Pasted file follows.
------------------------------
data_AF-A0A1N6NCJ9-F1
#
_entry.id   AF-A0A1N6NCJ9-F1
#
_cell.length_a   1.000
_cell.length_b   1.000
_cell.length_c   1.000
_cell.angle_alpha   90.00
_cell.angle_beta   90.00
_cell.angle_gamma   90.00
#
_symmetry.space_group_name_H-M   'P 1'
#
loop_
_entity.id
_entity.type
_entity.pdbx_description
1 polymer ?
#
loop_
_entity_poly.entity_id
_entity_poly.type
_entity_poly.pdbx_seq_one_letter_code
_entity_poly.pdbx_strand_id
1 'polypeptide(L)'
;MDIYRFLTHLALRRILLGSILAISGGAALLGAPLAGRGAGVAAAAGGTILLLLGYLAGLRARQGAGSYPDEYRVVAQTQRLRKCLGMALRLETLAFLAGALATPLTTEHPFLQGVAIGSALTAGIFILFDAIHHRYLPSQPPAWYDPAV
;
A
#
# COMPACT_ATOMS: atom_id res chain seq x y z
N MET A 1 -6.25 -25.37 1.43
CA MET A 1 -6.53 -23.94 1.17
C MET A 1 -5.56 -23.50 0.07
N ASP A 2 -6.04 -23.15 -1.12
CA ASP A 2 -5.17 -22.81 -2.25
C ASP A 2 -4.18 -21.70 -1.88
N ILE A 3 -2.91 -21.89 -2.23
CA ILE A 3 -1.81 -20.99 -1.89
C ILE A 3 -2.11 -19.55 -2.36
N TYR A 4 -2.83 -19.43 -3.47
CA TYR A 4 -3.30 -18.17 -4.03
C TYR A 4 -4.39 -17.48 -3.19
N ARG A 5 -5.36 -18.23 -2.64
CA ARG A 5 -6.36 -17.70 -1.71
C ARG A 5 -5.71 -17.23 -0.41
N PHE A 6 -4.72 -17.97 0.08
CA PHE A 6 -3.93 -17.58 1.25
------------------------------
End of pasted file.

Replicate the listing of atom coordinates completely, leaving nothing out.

data_AF-A0A1N6NCJ9-F1
#
_entry.id   AF-A0A1N6NCJ9-F1
#
_cell.length_a   1.000
_cell.length_b   1.000
_cell.length_c   1.000
_cell.angle_alpha   90.00
_cell.angle_beta   90.00
_cell.angle_gamma   90.00
#
_symmetry.space_group_name_H-M   'P 1'
#
loop_
_entity.id
_entity.type
_entity.pdbx_description
1 polymer ?
#
loop_
_entity_poly.entity_id
_entity_poly.type
_entity_poly.pdbx_seq_one_letter_code
_entity_poly.pdbx_strand_id
1 'polypeptide(L)'
;MDIYRFLTHLALRRILLGSILAISGGAALLGAPLAGRGAGVAAAAGGTILLLLGYLAGLRARQGAGSYPDEYRVVAQTQRLRKCLGMALRLETLAFLAGALATPLTTEHPFLQGVAIGSALTAGIFILFDAIHHRYLPSQPPAWYDPAV
;
A
#
# COMPACT_ATOMS: atom_id res chain seq x y z
N MET A 1 -6.25 -25.37 1.43
CA MET A 1 -6.53 -23.94 1.17
C MET A 1 -5.56 -23.50 0.07
N ASP A 2 -6.04 -23.15 -1.12
CA ASP A 2 -5.17 -22.81 -2.25
C ASP A 2 -4.18 -21.70 -1.88
N ILE A 3 -2.91 -21.89 -2.23
CA ILE A 3 -1.81 -20.99 -1.89
C ILE A 3 -2.11 -19.55 -2.36
N TYR A 4 -2.83 -19.43 -3.47
CA TYR A 4 -3.30 -18.17 -4.03
C TYR A 4 -4.39 -17.48 -3.19
N ARG A 5 -5.36 -18.23 -2.64
CA ARG A 5 -6.36 -17.70 -1.71
C ARG A 5 -5.71 -17.23 -0.41
N PHE A 6 -4.72 -17.97 0.08
CA PHE A 6 -3.93 -17.58 1.25